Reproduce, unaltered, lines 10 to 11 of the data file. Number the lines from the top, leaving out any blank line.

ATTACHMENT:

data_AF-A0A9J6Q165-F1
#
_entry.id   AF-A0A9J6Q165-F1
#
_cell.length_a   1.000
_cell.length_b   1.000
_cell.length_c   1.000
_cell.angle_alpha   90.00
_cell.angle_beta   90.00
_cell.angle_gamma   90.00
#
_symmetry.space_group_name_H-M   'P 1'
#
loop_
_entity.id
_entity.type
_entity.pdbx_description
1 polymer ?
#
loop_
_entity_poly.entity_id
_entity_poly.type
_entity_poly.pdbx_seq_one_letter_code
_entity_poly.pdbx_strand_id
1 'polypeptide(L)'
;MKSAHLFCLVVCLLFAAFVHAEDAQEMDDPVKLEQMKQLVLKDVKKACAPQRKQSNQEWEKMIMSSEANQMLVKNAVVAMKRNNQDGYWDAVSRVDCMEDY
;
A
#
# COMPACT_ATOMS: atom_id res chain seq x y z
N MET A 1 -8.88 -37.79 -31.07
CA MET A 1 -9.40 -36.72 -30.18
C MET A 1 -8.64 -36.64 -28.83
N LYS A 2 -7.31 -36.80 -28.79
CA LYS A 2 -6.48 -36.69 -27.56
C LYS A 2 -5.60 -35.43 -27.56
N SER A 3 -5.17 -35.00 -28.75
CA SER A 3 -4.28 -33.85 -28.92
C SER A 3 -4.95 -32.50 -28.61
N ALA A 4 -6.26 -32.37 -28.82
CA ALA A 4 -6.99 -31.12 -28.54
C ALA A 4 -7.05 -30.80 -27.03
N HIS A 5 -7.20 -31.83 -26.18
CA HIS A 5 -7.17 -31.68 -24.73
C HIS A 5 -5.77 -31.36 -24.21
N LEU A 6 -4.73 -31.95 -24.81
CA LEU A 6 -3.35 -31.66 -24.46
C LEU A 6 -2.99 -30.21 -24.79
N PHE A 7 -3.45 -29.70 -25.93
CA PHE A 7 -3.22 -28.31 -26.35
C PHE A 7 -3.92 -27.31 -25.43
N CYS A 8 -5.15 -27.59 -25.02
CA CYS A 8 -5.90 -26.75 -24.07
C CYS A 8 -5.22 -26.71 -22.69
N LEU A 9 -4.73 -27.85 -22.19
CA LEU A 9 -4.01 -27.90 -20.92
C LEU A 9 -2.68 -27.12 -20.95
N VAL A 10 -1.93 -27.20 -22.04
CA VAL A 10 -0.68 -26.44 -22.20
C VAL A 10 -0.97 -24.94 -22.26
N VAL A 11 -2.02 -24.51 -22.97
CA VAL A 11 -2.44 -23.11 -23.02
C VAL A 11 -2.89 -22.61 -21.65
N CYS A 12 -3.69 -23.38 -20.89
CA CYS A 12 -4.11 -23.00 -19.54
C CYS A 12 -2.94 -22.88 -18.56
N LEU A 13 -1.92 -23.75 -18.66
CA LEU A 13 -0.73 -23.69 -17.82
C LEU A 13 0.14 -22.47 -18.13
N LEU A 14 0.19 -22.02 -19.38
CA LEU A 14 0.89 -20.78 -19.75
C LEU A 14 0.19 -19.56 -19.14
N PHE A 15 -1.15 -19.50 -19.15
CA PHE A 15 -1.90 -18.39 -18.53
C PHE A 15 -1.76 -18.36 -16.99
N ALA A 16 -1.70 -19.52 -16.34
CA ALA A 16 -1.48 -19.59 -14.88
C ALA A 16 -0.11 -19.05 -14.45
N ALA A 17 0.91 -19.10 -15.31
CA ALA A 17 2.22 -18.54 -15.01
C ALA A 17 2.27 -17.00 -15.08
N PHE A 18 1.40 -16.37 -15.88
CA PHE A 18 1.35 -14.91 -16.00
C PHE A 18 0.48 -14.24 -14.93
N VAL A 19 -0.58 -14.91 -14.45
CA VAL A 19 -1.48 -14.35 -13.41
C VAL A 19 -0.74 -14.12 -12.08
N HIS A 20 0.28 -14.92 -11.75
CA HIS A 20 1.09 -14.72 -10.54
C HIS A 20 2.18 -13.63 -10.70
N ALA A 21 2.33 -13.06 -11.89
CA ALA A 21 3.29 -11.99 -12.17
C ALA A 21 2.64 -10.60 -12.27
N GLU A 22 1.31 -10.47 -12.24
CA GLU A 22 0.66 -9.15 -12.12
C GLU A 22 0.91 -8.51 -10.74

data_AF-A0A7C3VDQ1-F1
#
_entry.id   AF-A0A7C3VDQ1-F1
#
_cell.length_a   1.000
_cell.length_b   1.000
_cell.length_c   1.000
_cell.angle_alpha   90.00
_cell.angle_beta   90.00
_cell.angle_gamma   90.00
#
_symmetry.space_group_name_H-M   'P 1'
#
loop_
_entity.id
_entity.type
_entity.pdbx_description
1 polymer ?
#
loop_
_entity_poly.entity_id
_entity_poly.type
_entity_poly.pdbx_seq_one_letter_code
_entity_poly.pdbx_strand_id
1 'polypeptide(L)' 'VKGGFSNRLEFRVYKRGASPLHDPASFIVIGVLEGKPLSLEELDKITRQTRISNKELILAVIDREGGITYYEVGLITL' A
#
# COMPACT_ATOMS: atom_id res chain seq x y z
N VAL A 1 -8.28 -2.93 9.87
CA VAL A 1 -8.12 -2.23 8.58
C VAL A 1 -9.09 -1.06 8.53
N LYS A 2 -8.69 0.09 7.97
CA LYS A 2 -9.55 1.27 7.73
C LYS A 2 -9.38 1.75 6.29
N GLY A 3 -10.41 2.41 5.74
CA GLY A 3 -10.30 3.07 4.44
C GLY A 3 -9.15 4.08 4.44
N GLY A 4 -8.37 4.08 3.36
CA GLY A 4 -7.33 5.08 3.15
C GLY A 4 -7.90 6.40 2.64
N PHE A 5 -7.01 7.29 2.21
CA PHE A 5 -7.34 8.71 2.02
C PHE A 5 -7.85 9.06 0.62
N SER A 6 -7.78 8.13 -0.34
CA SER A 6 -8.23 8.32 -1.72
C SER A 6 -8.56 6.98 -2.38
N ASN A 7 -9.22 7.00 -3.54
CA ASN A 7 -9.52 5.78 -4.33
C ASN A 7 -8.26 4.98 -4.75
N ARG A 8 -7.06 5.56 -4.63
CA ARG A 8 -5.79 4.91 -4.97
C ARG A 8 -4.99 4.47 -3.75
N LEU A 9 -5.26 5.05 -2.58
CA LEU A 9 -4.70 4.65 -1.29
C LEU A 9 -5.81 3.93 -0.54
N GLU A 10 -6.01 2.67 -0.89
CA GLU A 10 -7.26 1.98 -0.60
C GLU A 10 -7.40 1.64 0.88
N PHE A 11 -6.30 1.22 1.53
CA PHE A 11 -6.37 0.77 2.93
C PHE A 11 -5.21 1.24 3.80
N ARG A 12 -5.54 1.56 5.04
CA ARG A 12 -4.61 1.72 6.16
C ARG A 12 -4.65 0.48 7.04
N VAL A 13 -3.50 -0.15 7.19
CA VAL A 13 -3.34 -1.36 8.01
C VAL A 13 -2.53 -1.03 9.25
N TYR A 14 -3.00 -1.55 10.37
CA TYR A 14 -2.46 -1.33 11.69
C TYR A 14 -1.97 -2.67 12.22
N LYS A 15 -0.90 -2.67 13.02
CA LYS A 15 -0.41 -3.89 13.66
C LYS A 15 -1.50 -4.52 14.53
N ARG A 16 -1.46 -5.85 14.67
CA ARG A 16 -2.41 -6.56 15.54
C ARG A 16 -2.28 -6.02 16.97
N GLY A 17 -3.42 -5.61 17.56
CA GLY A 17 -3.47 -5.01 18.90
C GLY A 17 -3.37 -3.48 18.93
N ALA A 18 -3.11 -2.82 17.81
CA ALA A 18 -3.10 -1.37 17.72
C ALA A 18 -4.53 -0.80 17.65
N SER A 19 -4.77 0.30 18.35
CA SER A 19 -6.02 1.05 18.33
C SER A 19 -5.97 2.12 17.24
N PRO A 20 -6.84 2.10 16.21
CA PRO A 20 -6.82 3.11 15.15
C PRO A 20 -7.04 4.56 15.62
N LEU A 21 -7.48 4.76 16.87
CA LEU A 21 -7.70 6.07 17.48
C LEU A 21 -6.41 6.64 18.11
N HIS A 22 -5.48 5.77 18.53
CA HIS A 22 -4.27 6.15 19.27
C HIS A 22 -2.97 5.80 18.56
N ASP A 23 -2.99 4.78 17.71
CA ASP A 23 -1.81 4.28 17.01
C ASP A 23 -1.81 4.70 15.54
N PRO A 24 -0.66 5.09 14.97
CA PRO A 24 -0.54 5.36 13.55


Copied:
_cell.angle_gamma   90.00
#